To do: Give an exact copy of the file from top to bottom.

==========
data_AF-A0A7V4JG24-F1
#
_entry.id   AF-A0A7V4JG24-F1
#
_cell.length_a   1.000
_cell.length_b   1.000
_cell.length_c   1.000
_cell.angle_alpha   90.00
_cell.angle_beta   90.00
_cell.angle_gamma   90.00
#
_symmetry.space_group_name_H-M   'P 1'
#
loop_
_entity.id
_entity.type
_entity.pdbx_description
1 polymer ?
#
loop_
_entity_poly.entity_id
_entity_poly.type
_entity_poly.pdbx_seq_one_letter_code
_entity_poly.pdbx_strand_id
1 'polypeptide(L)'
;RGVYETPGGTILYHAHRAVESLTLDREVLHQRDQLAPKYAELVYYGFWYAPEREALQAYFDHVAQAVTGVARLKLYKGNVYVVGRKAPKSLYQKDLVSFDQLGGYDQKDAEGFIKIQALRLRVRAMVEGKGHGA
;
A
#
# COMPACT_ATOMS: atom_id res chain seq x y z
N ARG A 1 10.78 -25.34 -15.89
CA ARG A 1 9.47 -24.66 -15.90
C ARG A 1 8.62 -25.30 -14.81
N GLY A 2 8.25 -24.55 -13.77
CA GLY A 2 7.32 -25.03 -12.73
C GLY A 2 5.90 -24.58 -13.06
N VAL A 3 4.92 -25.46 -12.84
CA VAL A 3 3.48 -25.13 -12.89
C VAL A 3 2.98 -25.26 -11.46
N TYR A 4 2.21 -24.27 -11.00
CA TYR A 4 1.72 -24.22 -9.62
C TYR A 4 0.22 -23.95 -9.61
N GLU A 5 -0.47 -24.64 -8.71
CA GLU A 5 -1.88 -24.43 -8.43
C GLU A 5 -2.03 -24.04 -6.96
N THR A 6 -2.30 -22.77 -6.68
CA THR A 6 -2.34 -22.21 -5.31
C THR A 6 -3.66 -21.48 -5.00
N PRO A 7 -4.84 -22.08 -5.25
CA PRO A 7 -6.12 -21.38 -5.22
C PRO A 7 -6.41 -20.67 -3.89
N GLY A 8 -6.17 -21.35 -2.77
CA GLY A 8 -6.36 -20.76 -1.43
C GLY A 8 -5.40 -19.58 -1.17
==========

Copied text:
data_AF-A0A7V4JG24-F1
#
_entry.id   AF-A0A7V4JG24-F1
#
_cell.length_a   1.000
_cell.length_b   1.000
_cell.length_c   1.000
_cell.angle_alpha   90.00
_cell.angle_beta   90.00
_cell.angle_gamma   90.00
#
_symmetry.space_group_name_H-M   'P 1'
#
loop_
_entity.id
_entity.type
_entity.pdbx_description
1 polymer ?
#
loop_
_entity_poly.entity_id
_entity_poly.type
_entity_poly.pdbx_seq_one_letter_code
_entity_poly.pdbx_strand_id
1 'polypeptide(L)'
;RGVYETPGGTILYHAHRAVESLTLDREVLHQRDQLAPKYAELVYYGFWYAPEREALQAYFDHVAQAVTGVARLKLYKGNVYVVGRKAPKSLYQKDLVSFDQLGGYDQKDAEGFIKIQALRLRVRAMVEGKGHGA
;
A
#
# COMPACT_ATOMS: atom_id res chain seq x y z
N ARG A 1 10.78 -25.34 -15.89
CA ARG A 1 9.47 -24.66 -15.90
C ARG A 1 8.62 -25.30 -14.81
N GLY A 2 8.25 -24.55 -13.77
CA GLY A 2 7.32 -25.03 -12.73
C GLY A 2 5.90 -24.58 -13.06
N VAL A 3 4.92 -25.46 -12.84
CA VAL A 3 3.48 -25.13 -12.89
C VAL A 3 2.98 -25.26 -11.46
N TYR A 4 2.21 -24.27 -11.00
CA TYR A 4 1.72 -24.22 -9.62
C TYR A 4 0.22 -23.95 -9.61
N GLU A 5 -0.47 -24.64 -8.71
CA GLU A 5 -1.88 -24.43 -8.43
C GLU A 5 -2.03 -24.04 -6.96
N THR A 6 -2.30 -22.77 -6.68
CA THR A 6 -2.34 -22.21 -5.31
C THR A 6 -3.66 -21.48 -5.00
N PRO A 7 -4.84 -22.08 -5.25
CA PRO A 7 -6.12 -21.38 -5.22
C PRO A 7 -6.41 -20.67 -3.89
N GLY A 8 -6.17 -21.35 -2.77
CA GLY A 8 -6.36 -20.76 -1.43
C GLY A 8 -5.40 -19.58 -1.17